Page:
Association of Cognitive Function and Retinal Neural and Vascular Structure in Type 1 Diabetes

Citation:

Fickweiler W, Wolfson EA, Paniagua SM, Yu MG, Adam A, Bahnam V, Sampani K, Wu I-H, Musen G, Aiello LP, Shah H, Sun JK, King GL. Association of Cognitive Function and Retinal Neural and Vascular Structure in Type 1 Diabetes. J Clin Endocrinol Metab 2020;

Date Published:

2020 Dec 30

Abstract:

CONTEXT: Cognitive dysfunction is a growing and understudied public health issue in the aging type 1 diabetic population and is difficult and time-consuming to diagnose. Studies in long duration type 1 diabetes have reported the presence of proliferative diabetic retinopathy (PDR) was associated with cognitive dysfunction. OBJECTIVE: This study assessed whether structural and vascular abnormalities of the retina, representing an extension of the central nervous system, are associated with cognitive impairment and other complications of type 1 diabetes. DESIGN: Observational cross-sectional study of individuals with ≥50 years of type 1 diabetes (Joslin Medalist Study). SETTING: University hospital in United States. PARTICIPANTS: 129 participants with complete cognitive testing. MAIN OUTCOME MEASURES: Validated cognitive testing measures which include psychomotor speed, and immediate, and delayed memory. Optical coherence tomography (OCT) and OCT angiography (OCTA) were performed to obtain neural retinal layer thicknesses and vascular density (VD) for superficial (SCP) and deep retinal capillary plexus (DCP). Multivariable modeling adjusted for potential confounders associated with outcomes in unadjusted analyses. RESULTS: Decreased vessel density of the SCP and DCP was associated with worse delayed memory (DCP: p=0.002) and dominant hand psychomotor speed (SCP: p=0.01). Thinning of retinal outer nuclear layer was associated with worse psychomotor speed in both non-dominant and dominant hands (p=0.01 and p=0.05, respectively). Outer plexiform layer thickness was associated with delayed memory (p=0.04). CONCLUSION: These findings suggest that noninvasive retinal imaging using OCT and OCTA may assist in estimating the risks for cognitive dysfunction in people with type 1 diabetes.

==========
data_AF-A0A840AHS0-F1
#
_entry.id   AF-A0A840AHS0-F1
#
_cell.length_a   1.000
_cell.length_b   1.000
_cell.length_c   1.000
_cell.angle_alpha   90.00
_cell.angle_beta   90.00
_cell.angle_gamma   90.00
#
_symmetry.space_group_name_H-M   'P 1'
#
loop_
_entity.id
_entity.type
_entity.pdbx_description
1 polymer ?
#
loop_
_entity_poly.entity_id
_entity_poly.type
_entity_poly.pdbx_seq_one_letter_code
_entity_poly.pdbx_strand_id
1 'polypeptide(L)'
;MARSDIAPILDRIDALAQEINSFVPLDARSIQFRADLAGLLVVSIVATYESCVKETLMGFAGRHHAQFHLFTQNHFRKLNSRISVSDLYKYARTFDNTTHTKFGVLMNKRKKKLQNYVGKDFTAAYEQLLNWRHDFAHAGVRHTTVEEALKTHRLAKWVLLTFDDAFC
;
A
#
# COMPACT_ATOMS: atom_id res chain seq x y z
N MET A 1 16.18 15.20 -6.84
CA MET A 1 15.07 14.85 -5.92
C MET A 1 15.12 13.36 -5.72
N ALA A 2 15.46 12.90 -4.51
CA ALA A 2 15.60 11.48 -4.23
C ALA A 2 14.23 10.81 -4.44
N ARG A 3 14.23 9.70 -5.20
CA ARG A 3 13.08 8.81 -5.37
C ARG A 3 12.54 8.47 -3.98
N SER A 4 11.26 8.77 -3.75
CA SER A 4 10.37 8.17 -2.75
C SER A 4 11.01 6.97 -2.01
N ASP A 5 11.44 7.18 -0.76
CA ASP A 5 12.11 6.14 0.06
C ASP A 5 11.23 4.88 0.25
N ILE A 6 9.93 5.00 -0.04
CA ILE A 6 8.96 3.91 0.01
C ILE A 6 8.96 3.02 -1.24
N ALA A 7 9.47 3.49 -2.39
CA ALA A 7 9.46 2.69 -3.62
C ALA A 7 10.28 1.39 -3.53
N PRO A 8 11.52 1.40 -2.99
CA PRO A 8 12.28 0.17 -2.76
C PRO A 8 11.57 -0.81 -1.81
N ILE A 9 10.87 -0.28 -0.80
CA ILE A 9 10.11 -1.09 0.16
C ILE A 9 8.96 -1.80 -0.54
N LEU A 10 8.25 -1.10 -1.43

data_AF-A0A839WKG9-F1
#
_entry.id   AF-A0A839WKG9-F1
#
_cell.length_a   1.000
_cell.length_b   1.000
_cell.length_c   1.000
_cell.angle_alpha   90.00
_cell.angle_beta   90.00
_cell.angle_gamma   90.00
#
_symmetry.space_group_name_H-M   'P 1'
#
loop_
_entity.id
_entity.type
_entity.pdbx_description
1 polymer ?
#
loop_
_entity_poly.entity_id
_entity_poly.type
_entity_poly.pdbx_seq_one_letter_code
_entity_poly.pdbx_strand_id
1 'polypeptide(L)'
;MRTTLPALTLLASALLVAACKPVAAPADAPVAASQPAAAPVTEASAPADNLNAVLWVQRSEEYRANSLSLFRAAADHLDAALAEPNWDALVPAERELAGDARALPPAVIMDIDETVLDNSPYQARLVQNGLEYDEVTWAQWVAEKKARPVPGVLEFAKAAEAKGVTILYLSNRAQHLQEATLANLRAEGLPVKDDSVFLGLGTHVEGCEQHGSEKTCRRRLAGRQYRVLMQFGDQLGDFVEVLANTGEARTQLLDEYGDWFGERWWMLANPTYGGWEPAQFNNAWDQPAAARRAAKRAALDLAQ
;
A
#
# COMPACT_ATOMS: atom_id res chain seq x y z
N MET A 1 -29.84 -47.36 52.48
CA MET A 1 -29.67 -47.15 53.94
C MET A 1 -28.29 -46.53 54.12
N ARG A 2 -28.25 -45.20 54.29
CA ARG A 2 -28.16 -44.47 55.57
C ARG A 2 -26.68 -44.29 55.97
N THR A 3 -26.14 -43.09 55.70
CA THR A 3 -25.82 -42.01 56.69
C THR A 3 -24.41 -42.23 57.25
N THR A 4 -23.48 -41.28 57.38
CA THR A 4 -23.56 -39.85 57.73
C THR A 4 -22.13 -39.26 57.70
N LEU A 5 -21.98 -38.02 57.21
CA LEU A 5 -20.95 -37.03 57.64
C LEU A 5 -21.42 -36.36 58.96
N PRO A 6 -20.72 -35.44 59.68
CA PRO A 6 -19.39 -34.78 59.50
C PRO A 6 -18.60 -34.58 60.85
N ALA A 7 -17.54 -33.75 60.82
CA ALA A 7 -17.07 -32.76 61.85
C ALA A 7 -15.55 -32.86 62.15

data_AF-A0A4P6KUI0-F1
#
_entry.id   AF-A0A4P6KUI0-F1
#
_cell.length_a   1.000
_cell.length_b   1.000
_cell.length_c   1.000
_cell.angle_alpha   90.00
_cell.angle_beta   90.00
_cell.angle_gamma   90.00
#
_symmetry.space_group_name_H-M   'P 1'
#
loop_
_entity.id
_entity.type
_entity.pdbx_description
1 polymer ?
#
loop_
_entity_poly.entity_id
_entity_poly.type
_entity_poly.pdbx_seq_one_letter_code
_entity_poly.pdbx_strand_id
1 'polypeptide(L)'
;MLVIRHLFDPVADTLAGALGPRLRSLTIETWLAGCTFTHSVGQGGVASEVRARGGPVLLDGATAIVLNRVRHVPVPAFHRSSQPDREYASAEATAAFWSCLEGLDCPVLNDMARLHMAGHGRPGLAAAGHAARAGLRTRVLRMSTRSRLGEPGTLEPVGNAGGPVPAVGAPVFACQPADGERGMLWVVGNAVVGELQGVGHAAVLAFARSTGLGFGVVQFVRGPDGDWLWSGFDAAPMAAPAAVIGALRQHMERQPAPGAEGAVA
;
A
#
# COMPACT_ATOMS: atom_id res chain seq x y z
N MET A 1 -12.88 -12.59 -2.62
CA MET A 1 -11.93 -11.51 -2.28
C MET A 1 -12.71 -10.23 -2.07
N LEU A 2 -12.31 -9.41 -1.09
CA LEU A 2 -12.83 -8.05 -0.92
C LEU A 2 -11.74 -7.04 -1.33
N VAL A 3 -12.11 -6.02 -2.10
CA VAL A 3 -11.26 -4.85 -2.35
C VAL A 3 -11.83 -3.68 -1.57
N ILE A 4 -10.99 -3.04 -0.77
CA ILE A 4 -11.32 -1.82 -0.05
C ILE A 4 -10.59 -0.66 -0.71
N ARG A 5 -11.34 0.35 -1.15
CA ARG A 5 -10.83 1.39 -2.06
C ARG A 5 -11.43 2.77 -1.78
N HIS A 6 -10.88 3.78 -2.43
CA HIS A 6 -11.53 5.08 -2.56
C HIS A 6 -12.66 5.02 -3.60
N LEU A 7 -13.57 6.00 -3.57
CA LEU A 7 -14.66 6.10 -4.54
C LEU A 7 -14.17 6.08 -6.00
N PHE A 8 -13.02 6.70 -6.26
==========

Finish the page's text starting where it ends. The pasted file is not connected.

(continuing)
Last updated on 12/31/2020